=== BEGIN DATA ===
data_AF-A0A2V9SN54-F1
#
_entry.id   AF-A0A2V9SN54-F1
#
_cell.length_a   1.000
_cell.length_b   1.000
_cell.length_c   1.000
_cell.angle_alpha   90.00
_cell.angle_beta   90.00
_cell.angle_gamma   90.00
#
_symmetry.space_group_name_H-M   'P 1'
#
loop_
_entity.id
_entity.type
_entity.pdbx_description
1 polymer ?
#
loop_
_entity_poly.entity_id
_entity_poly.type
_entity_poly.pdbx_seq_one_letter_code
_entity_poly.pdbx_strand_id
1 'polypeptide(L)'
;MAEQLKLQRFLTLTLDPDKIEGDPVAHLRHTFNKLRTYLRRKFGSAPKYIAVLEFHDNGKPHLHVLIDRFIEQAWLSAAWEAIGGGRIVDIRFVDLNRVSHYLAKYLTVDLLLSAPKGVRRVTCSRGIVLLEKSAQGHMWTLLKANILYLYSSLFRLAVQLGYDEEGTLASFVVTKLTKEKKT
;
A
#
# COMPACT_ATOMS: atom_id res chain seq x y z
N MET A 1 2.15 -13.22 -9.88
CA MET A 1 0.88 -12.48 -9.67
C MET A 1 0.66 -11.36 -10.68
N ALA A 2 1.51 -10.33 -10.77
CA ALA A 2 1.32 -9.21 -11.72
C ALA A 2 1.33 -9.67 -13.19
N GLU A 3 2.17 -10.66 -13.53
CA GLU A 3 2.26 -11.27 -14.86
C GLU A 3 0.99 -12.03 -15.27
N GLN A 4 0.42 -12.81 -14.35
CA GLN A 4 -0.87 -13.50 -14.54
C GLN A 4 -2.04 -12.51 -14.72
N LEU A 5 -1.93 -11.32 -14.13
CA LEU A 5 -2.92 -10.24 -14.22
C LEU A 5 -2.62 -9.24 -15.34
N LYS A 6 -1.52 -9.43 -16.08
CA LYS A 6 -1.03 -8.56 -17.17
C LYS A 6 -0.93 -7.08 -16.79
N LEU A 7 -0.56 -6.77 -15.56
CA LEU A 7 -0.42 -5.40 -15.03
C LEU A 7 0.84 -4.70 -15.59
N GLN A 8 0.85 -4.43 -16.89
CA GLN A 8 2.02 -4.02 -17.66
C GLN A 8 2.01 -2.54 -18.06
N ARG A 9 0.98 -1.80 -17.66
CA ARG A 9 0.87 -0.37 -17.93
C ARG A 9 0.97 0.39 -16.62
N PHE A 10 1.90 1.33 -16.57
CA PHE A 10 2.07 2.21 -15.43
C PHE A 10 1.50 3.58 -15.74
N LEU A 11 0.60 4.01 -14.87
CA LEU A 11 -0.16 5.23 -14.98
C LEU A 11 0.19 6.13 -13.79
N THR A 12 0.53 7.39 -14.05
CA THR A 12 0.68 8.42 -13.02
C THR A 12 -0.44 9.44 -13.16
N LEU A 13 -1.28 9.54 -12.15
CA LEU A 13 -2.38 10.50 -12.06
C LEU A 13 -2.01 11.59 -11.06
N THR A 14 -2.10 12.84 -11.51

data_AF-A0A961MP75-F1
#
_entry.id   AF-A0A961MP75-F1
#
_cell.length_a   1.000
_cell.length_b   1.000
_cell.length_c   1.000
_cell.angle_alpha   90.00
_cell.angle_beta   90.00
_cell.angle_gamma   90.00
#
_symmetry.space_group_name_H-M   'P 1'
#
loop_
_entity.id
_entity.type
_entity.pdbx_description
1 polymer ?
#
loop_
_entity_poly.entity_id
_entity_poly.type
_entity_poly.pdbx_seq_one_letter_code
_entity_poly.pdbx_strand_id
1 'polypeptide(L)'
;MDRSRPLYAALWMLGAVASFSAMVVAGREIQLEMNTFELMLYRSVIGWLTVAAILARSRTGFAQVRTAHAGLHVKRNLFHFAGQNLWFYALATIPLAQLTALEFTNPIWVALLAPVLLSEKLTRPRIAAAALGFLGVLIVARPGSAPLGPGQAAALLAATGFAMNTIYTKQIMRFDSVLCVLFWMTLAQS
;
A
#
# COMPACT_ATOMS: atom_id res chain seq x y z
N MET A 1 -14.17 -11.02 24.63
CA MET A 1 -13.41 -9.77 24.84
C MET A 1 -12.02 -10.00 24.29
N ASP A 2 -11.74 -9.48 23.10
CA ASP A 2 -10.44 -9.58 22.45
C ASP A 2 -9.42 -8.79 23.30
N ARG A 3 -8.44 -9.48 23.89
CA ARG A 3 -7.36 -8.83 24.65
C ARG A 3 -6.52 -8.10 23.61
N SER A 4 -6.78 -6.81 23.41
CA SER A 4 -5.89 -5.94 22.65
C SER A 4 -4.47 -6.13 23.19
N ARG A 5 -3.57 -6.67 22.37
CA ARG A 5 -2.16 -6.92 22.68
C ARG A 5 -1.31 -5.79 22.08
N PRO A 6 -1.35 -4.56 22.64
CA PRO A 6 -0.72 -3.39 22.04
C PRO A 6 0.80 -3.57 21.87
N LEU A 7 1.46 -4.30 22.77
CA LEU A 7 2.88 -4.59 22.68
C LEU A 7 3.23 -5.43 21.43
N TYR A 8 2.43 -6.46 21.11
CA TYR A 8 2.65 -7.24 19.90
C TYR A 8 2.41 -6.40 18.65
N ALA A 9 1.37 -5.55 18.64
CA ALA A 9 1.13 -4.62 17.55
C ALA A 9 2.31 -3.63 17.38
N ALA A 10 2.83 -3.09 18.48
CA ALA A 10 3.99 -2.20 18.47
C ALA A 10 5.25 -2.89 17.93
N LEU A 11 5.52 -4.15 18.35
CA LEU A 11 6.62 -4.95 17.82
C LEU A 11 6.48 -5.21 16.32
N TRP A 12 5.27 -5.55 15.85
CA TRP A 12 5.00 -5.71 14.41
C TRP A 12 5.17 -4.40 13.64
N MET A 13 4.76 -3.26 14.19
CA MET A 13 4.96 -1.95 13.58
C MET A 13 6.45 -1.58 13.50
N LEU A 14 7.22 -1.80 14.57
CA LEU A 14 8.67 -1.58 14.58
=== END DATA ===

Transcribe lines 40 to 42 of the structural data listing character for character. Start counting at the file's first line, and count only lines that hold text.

N GLN A 4 0.42 -12.81 -14.35
CA GLN A 4 -0.87 -13.50 -14.54
C GLN A 4 -2.04 -12.51 -14.72